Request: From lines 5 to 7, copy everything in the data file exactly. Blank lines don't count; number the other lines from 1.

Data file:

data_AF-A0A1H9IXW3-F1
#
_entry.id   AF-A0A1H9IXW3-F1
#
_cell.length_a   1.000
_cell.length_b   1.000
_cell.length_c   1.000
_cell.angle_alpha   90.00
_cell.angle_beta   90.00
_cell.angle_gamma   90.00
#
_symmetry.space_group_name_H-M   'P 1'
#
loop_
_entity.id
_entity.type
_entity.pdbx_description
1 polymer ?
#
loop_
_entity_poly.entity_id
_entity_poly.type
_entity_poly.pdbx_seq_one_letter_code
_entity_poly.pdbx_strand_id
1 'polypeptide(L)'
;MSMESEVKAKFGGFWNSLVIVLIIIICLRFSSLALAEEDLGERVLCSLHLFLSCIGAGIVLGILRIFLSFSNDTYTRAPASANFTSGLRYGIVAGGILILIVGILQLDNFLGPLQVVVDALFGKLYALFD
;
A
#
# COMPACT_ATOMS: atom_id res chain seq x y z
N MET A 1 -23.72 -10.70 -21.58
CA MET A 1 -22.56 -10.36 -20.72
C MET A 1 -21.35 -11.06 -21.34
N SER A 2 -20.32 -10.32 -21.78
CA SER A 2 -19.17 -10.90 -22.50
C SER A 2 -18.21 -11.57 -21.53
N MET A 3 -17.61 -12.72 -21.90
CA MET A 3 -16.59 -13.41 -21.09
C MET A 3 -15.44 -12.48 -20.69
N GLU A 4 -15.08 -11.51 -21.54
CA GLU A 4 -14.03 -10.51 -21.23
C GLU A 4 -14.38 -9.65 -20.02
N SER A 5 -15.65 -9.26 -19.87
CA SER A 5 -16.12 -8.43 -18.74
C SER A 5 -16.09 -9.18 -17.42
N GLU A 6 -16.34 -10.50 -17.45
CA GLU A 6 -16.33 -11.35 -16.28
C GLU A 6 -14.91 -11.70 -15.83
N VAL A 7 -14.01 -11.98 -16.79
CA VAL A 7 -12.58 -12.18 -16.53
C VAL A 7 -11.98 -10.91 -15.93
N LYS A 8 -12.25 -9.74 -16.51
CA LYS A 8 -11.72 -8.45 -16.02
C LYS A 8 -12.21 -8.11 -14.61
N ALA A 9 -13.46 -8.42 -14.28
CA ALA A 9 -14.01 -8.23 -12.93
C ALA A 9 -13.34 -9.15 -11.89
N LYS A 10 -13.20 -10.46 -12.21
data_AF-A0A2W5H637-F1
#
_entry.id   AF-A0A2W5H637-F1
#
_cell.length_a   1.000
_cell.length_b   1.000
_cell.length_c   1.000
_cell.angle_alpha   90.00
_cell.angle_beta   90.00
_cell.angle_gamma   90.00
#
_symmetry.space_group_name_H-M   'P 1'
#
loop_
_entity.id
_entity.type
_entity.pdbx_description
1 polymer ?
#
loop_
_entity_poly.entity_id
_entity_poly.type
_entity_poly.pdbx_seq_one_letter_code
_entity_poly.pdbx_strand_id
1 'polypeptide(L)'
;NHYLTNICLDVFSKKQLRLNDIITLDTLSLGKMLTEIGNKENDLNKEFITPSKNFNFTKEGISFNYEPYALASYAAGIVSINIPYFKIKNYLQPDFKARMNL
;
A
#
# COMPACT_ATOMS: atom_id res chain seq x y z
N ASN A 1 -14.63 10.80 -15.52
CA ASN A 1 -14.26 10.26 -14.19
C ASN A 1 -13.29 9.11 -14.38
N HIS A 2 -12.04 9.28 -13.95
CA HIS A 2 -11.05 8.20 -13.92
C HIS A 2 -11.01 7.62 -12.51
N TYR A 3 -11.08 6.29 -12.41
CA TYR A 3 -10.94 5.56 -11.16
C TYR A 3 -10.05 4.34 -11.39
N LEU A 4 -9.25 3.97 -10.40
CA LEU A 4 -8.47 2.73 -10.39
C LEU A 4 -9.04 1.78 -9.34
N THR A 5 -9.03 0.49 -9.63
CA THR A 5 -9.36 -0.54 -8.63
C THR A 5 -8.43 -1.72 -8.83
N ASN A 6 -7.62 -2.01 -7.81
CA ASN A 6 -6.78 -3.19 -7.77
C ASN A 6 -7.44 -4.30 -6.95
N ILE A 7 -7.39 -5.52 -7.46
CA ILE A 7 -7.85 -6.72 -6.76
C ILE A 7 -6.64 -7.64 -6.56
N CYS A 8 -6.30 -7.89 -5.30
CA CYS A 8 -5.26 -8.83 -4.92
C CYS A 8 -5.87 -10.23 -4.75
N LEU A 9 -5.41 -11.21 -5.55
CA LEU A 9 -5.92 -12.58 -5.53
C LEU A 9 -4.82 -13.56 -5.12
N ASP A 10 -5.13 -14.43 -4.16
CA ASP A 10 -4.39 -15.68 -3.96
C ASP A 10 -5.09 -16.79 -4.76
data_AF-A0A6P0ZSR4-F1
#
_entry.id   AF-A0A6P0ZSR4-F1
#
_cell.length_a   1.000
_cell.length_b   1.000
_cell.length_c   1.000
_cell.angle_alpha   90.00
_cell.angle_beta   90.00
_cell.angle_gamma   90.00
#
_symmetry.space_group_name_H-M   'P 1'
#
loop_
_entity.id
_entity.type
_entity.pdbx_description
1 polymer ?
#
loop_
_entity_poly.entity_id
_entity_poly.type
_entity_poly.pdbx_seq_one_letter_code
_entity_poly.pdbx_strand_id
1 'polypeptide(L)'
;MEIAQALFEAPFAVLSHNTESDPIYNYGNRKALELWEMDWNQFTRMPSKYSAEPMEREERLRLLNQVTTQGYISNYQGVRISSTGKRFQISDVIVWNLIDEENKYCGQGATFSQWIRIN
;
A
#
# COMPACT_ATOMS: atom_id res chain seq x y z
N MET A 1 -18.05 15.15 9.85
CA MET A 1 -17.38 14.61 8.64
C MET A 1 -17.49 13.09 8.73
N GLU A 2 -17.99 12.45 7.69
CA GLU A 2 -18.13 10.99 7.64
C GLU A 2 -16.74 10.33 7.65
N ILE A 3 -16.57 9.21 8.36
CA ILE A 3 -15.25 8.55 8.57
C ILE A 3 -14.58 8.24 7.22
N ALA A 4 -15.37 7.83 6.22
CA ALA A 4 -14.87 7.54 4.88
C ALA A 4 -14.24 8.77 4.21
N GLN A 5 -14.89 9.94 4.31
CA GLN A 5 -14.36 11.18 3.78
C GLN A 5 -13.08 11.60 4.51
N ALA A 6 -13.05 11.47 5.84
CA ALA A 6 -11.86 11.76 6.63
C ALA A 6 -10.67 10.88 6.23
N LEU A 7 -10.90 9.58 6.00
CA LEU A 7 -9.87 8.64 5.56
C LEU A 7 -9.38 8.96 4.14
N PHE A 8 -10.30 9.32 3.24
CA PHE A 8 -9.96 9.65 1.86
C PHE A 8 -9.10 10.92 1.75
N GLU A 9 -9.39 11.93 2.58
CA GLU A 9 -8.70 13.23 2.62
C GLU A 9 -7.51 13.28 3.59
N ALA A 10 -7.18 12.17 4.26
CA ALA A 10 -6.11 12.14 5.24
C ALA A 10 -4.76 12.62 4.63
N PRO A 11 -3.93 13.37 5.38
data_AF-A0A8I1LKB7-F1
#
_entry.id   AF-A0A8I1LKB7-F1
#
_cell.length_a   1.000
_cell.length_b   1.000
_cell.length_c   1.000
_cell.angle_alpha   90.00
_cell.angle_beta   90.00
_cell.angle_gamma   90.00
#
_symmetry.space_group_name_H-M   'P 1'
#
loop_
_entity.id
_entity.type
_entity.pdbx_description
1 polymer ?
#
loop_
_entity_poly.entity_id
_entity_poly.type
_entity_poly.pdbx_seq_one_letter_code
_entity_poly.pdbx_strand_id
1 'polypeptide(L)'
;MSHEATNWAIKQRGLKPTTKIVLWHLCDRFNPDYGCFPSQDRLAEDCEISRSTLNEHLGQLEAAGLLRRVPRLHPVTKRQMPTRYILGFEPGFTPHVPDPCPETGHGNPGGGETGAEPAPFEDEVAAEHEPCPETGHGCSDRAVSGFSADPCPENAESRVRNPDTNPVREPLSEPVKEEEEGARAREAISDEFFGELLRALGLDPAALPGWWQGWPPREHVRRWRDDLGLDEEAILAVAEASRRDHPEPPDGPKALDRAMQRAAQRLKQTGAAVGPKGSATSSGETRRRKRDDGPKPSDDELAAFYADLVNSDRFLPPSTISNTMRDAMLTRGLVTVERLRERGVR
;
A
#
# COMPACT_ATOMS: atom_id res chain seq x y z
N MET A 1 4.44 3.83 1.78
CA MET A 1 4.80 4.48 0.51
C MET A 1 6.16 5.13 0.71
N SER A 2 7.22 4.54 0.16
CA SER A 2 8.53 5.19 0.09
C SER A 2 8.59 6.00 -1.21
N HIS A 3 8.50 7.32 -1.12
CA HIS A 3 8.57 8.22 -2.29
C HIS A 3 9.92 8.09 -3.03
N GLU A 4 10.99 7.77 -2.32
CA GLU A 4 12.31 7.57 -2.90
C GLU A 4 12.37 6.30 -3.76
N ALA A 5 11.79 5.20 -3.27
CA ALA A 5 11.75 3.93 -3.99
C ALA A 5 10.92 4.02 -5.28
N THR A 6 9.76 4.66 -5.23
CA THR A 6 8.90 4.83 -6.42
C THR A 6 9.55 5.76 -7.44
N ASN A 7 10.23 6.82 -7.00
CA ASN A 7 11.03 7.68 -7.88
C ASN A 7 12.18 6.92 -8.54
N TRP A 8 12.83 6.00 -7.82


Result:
_cell.length_a   1.000
_cell.length_b   1.000
_cell.length_c   1.000